ok. so A -> B -> C now. iran filters internet -> american anti-dissident implants -> need for trustable computing.
he proposes solving this need with chips in the computer that can sign everything in a secure way, which, like Descartes’ proof of trustable senses arising from the seed of “i think therefore i am”, arises from the sees of the chip and leads to a perfectly trustable computer free from government and corporate intrusion.
now, the philosophy student might point out that Descartes proof actually fell apart midway and he had to bring in “Oh, and God exists and he would never create a world that would lead us wrong” to help himself out, and then later commits a trivial logical fallacy as he gets stuck even with a benevolent God at his side. however sadly i am not a philosophy student and didn’t point it out.
not to spend like half of this post just shitting on that stupid talk, but it really shows (besides the lunacy of trustable computing arising from a tamper proof chip, like somehow the “trusting trust” paper never happened) how a generation of libertarian coders cannot get past the notion that a computer is somehow a part of their body, vs a tool. a computer and general computing is not the end in it’s own right, it’s a step on the road to improving society in some way.
charmingly, the next talk was a showcase of the exact opposite. a hardware / bios hacker decided as an experiment to create a tool that might be used by China (his words) to completely transparently hijack a machine without the owner ever knowing. the scenario he proposes goes as follows
- all hardware of a certain type, say a network card, is made in China
- the hardware is flashed with his code by a government operative
- the code is a rootkit that runs on device boot
- flashes the bios of the motherboard
- installs an alternative bios loader graphically disguised as your bios
- then proceeds to operate invisibly on your machine completely hidden out of sight.
his proof of concept ran behind windows while stealing all HTTP traffic in first demo, then in second actually booted a remote image of windows with a chinese flag wallpaper in a second demo.
i’ll repeat that. a trojan’ed hardware card caused the computer, on boot, to load windows from a remote server and run it like it’s right there. pretty spiffy.
what else was up… some kid found that Las Vegas airport had all their private documents, including access passwords and hardware designs for the flight systems, available in a public CMS and indexed by google. if you heard the rumor that he was arrested, that’s just rumors fyi. he’s fine, talk went as normal.
tangent: this was a skybox talk so it wasn’t described other than the name of the talk. i only attended it cause it was called “Grepping the Gropers” and thought it’d be about some new uses of grep. oh well.
and finally, the dan kaminsky show happened as well. 5 problems he tries to solve in his hour:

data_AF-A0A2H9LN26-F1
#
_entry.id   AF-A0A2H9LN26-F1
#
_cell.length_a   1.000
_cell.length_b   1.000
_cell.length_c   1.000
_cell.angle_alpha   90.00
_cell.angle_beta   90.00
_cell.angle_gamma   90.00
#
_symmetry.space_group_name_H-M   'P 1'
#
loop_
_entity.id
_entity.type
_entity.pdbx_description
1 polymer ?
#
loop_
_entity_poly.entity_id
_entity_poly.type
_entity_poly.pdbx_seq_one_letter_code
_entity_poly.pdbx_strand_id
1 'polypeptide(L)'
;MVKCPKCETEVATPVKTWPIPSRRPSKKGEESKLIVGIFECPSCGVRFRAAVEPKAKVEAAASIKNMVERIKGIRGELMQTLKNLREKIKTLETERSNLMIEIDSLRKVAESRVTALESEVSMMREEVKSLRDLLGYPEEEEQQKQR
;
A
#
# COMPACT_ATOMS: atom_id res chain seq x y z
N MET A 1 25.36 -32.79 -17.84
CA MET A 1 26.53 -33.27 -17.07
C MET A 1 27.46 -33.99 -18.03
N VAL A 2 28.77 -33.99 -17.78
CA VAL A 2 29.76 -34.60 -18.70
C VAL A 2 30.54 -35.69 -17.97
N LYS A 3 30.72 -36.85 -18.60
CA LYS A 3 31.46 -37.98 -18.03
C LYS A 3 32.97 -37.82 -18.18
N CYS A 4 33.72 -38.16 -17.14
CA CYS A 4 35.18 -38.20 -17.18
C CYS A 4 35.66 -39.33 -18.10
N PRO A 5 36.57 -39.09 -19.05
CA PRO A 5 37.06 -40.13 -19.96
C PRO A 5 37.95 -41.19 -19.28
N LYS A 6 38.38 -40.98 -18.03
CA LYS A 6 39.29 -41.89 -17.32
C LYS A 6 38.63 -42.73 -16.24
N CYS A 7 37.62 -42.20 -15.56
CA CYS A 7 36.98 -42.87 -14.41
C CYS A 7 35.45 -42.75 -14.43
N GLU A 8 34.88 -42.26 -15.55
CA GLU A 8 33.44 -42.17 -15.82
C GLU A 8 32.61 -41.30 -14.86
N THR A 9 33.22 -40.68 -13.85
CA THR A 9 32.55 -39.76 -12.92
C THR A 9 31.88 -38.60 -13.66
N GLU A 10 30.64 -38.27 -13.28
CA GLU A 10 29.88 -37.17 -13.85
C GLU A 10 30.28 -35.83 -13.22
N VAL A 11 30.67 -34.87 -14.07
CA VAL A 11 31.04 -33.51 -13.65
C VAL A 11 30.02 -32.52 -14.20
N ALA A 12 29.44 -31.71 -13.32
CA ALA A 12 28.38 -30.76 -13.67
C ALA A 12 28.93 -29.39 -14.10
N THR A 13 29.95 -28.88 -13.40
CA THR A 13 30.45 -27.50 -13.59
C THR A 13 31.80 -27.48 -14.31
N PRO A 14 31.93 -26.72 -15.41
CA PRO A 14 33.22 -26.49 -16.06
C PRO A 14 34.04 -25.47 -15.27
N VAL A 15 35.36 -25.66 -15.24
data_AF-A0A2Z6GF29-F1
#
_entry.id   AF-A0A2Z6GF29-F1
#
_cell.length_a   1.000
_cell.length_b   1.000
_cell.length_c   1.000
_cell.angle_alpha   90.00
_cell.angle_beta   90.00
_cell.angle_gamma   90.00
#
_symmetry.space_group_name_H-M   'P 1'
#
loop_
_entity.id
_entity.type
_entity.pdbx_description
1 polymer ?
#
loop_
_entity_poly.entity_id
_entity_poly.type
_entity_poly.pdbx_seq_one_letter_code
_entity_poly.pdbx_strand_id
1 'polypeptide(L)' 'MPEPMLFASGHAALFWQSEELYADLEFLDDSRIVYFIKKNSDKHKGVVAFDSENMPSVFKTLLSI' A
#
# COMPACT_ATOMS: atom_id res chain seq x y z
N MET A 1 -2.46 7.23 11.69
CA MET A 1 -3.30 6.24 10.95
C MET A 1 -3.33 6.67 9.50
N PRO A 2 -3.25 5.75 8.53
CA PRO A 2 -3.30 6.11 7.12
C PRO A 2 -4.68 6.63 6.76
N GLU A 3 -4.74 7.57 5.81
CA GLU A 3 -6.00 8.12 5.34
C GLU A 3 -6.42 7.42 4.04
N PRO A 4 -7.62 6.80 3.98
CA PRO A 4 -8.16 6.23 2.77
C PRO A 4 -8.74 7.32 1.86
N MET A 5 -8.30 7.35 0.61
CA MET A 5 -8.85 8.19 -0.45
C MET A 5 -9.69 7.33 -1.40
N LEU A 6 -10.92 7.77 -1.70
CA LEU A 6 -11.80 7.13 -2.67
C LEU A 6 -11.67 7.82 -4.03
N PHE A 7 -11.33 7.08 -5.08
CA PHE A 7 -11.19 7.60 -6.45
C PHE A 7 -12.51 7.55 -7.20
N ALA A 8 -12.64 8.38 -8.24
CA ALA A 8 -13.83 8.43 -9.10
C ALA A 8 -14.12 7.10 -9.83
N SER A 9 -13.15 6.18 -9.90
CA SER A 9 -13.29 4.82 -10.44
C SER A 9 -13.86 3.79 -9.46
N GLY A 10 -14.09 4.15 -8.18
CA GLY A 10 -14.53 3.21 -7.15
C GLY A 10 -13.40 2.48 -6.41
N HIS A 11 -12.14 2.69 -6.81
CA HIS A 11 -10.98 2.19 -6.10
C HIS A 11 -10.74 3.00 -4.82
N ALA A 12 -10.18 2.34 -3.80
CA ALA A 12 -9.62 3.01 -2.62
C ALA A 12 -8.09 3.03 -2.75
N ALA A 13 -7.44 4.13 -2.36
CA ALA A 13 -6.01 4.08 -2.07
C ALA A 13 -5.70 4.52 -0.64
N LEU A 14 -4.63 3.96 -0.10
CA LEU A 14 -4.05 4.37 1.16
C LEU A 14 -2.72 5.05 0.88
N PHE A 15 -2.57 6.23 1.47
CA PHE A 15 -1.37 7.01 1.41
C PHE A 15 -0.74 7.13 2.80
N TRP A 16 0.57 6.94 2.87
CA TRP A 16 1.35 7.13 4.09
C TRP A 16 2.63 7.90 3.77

1 – timing attacks. just make everything ran a few microseconds slower to fix that. ok dan.
2 – virtual machines don’t have access to /dev/random because they lack hardware, and so fall back to /dev/urandom and create broken ssh keys. his solution is to create a new /dev/random that’s based on the virtual machine being allowed to poll different things in the parent computer that have clocks and then run the offset noise through a von neumann “transition finder”, then run that through a hash as it goes. he’s got sample code ready. not mathematically perfect, but in practice it would have saved a lot of ssh keys. pretty cool.
3 – php makes it way too hard to do structured queries. his solution is to have a library that replaces “SELECT * WHERE a=^^a” with a structured query that knows ^^a is $a. code ready, and probably going to be ignored by everyone unless php puts it into the default examples page. oh, he did have a zinger here: “An IDE is a tool that moves copy paste from the Edit menu to the File menu”. cute.
5 – and last, how to make IP scanners run faster? create a stateless scanner that shits SYNs to everyone, then forgets about them until it gets an ACK back. does 80k IPs per second, and has a full SQLite backend. pretty cool. one bug is that google servers are custom and stateless as well, leading to the two applications having the server version of stoner talks with each other. “hello?” “dude what?” “who are you?” “i know” “what?”. etc.
tangent, i just checked my notes and loaded up the doctorow talk to double check if i got the details right, but apparently the only notes i took during that one was the word “huarglblargl”. i guess i’ll trust my memory.
oh. wait. just remembered one more thing that pissed me off in his talk: doctorow did a bit about how computerized leg replacements cost $525,000, and then explained that that will not create a divide between rich and poor because people would simply not own houses in order to buy the expensive legs. ok cory.
not sure if it’s the 50 shades of grey effect or what, but man is there more chippendale’s ads than last year.
keynote was this morning and it was delivered by the head of the NSA / head of US cyberdefense. if you combine that with the talk given by the former assistant executive director of the FBI (i think i got that right), a former anti-hacker prosecutor, and the usual mix of recruiting talks by the standard 3 letter agencies, this might have been the single most government heavy DEFCON in history. more like FEDCON amirite?